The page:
Members of the Weld family from Massachusetts were among North Haven Island’s early “rusticators.” Dr. Charles G. Weld, a Boston physician and philanthropist, purchased Iron Point
This photograph of Sleepville, off Iron Point Road, was taken circa 1920. On the far left is the home that belonged to Perce and Marion (Thayer) Crockett. In 1907, Perce and Marion moved to Sleepyville from Crockett’s River on Vinalhaven.
In need of a ferryboat after World War II, North Haven residents acquired this vessel and Captain Neal Burgess and his crew traveled to New York to fetch the boat.
Some people maintain that it is easier to get to the mainland, 12 miles away, than it is to get across the Thoroughfare to Vinalhaven! Nonetheless, there have been attempts over the years to make that passage easier.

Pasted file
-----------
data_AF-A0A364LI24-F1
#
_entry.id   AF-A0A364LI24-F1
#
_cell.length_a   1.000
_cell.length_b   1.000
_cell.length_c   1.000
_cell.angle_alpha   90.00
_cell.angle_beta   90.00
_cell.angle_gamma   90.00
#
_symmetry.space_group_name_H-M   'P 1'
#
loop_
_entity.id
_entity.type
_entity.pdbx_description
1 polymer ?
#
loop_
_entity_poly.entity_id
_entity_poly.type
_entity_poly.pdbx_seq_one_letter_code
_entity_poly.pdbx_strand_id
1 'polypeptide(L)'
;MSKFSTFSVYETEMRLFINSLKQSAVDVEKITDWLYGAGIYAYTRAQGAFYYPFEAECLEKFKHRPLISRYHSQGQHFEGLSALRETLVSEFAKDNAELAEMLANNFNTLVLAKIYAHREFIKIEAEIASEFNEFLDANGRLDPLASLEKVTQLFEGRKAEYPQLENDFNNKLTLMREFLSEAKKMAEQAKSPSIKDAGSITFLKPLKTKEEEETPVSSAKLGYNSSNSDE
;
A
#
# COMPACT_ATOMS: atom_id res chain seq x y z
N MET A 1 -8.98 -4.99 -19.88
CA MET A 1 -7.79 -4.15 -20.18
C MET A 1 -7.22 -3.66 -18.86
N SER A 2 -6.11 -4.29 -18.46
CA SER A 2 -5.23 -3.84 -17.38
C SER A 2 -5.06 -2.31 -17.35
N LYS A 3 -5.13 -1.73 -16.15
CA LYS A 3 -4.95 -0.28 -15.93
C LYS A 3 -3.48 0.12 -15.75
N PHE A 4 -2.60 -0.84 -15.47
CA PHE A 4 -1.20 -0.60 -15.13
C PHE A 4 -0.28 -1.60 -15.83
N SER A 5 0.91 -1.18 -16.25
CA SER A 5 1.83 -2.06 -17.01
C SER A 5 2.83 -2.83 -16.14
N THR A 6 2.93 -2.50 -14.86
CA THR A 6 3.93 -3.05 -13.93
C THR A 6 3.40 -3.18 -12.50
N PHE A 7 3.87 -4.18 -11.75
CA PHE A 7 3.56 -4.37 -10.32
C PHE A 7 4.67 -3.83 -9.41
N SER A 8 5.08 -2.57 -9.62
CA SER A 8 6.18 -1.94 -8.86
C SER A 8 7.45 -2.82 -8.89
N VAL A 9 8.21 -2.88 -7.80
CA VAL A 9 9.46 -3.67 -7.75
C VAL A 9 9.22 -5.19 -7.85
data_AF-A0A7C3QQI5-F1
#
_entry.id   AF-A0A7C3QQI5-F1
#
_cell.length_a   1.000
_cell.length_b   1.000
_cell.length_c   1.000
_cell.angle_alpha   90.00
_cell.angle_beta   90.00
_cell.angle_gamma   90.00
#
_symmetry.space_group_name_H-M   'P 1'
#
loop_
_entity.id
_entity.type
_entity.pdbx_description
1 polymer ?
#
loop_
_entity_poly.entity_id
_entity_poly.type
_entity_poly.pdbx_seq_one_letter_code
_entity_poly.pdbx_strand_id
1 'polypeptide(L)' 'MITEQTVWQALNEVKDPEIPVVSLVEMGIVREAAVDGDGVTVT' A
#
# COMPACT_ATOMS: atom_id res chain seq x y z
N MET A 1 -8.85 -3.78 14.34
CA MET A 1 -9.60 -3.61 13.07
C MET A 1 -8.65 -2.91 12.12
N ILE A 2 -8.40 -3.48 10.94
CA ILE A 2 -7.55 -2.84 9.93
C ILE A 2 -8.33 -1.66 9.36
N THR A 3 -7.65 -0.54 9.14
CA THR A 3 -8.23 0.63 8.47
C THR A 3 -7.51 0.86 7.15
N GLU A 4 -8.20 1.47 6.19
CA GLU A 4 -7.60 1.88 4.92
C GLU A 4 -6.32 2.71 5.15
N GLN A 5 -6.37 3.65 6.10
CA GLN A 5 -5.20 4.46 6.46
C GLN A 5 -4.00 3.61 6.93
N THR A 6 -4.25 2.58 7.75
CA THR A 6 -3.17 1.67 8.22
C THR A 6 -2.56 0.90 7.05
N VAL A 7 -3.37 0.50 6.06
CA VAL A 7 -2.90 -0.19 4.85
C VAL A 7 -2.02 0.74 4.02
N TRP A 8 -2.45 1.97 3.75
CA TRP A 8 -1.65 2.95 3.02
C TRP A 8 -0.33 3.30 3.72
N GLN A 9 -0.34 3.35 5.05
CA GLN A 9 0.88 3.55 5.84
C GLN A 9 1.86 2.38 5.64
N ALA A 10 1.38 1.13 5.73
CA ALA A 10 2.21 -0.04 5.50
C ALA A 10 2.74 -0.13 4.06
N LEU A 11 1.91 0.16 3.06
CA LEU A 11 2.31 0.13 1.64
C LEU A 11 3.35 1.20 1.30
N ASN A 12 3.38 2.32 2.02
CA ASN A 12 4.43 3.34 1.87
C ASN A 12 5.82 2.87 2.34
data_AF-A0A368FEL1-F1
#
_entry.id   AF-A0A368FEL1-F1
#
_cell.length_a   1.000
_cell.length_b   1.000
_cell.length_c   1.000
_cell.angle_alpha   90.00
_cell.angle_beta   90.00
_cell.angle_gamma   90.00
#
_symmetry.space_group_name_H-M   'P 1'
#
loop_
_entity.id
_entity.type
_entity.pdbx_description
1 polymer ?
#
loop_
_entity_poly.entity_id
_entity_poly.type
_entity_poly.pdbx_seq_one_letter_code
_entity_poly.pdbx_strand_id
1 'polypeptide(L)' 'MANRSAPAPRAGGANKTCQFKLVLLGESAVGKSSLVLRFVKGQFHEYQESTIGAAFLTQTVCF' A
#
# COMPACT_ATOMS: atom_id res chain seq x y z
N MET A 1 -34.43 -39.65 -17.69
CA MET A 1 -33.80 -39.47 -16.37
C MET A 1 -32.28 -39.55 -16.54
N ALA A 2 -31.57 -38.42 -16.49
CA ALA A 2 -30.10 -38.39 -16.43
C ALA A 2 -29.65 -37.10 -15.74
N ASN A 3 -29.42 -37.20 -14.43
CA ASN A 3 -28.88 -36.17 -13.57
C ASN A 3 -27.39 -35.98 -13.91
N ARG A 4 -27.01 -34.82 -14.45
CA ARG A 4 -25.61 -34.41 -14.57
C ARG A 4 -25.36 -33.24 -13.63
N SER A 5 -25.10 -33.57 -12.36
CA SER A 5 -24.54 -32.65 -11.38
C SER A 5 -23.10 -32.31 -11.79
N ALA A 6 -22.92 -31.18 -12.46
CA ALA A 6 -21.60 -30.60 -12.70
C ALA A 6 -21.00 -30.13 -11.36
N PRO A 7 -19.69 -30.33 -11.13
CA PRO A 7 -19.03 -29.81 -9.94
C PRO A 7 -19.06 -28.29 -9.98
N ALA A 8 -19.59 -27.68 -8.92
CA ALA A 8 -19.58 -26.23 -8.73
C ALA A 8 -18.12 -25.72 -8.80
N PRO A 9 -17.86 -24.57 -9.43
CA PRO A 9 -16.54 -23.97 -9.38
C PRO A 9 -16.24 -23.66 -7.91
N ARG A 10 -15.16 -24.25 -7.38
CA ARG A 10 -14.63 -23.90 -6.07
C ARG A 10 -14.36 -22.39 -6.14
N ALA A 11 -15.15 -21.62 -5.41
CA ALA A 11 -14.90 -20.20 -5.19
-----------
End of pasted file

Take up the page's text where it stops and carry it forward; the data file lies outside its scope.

The large summer home at the far right of this photo was built in 1898 by Dr. Charles G. Weld, one of the early “rusticators” on North Haven Island.
This photograph is taken from a high point on Kents Hill and looks east toward the downtown village of North Haven.
In this photograph the viewer is located up on the outer edge of Kents’ Hill looking east toward the downtown waterfront of North Haven. Although it is difficult to date the photograph exactly, a two-masted schooner can be seen tied up to the dock.
In the early 19th century, North Haven island became a destination for wealthy Bostonians. Calling themselves the “rusticators”, the summer visitors built large vacation homes along the island’s shores.